Nature’s Champion Carbon Eaters
Recent studies can help homeowners determine which types of trees gobble up greenhouse gases best and where to plant them to maximize energy savings
TREE-PLANTING PROGRAMS are underway in almost every large U.S. city and on every continent except Antarctica. In most cases, the goal of these initiatives is to employ nature’s champion carbon eaters to help reset Earth’s thermostat. By the end of 2009, homeowners, organizations and communities in 170 countries participating in the United Nation’s Billion Tree Campaign alone had planted 7.4 billion trees.
As impressive as these figures are, recent studies indicate that it’s not enough to simply tally up tree numbers. To sequester the most carbon, we also need to pay attention to the types of trees, and where we plant them.
Growing any flora, whether tiny orchid or towering tree, will lead to some degree of carbon storage. All plants have the amazing ability to pluck carbon dioxide (CO2) out of the air and transform it into living biomass—leaves, bark, flowers, wood, shoots and roots. Because trees have significantly more biomass than smaller plants and generally live longer, they trap a lot more carbon.
Yet even the giants of the plant kingdom are not equally adept at gobbling up CO2. In fact, the differences can be dramatic. Silver maple (Acer saccharinum) tops the list of “best trees” compiled from data collected by the U.S. Forest Service’s Center for Urban Forest Research, which in recent years has been at the forefront of efforts to determine which species are the true champions of carbon capture and storage. Researchers at the Davis, California, facility calculate that a silver maple traps almost 25,000 pounds of CO2 after 55 years—25 times more than cherry and plum trees, which ranked last.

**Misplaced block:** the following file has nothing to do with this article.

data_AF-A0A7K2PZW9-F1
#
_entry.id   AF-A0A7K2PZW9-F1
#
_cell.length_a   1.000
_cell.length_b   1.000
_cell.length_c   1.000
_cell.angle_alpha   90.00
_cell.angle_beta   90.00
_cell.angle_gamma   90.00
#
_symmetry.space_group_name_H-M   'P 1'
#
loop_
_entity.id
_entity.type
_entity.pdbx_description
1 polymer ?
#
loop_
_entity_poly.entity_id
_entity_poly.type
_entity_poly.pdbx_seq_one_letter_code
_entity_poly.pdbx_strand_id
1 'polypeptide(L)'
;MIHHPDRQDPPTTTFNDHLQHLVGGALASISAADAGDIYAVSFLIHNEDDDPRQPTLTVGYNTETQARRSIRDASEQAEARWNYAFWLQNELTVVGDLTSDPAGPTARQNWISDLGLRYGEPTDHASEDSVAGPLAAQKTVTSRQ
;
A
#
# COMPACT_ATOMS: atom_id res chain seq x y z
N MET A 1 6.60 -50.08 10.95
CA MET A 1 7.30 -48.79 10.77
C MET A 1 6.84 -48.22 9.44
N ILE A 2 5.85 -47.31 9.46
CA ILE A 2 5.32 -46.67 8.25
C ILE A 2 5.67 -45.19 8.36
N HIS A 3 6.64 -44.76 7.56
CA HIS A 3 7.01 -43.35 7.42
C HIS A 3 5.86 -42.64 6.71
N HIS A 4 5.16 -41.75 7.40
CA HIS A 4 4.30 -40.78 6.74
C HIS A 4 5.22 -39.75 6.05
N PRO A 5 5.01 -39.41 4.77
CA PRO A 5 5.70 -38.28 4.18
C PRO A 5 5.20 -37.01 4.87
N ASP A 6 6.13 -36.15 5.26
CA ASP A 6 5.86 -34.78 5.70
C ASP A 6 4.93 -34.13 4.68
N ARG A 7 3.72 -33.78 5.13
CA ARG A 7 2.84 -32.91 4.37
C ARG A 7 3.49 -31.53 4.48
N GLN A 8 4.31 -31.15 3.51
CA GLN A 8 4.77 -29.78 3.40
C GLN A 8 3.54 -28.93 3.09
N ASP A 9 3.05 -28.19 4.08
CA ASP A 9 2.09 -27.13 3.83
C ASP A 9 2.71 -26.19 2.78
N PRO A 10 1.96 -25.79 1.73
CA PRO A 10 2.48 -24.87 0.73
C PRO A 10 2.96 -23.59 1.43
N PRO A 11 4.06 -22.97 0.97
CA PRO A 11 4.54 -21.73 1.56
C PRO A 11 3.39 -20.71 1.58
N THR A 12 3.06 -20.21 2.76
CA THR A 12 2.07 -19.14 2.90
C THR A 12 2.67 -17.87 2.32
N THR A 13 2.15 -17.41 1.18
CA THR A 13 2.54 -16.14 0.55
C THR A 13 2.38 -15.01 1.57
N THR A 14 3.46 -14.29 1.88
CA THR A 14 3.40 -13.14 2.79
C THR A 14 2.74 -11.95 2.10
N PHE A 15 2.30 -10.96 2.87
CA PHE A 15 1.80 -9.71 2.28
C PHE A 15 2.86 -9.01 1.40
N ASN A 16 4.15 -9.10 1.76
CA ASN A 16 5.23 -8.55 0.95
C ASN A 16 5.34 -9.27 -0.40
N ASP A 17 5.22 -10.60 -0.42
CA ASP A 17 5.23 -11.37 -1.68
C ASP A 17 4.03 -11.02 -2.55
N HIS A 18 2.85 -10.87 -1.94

The amount of carbon a tree can sequester varies not only by species but also by region, since different trees grow best in different climates. The Center for Urban Forest Research is in the process of developing regional lists of best trees for fighting climate change, but the current list, which is appropriate for much of the Rocky Mountain region, “is the only one done so far,” says Director Greg McPherson.
Other researchers are working on lists of recommended trees as well. In 2007, scientists at SUNY College of Environmental Science and Forestry in Syracuse, New York, developed a list of 31 species for that city, including a diverse mix of tough, long-lived and mostly native trees such as American basswood (Tilia americana) and eastern white pine (Pinus strobus).
Guidelines for Selecting Trees
Until recommendations for best carbon-trapping trees are available for every region of the country, the following guidelines can help you select trees that will maximize the climate benefits on your property:
• Trees will be effective in the fight against global warming only if they’re planted in their native range. Choose native species, which are naturally adapted to your climate. They also provide the best habitat for local wildlife.
• Even native species need to be matched to the amount of soil moisture and other specific conditions on your planting site, or they won’t prosper and reach their full carbon-trapping potential.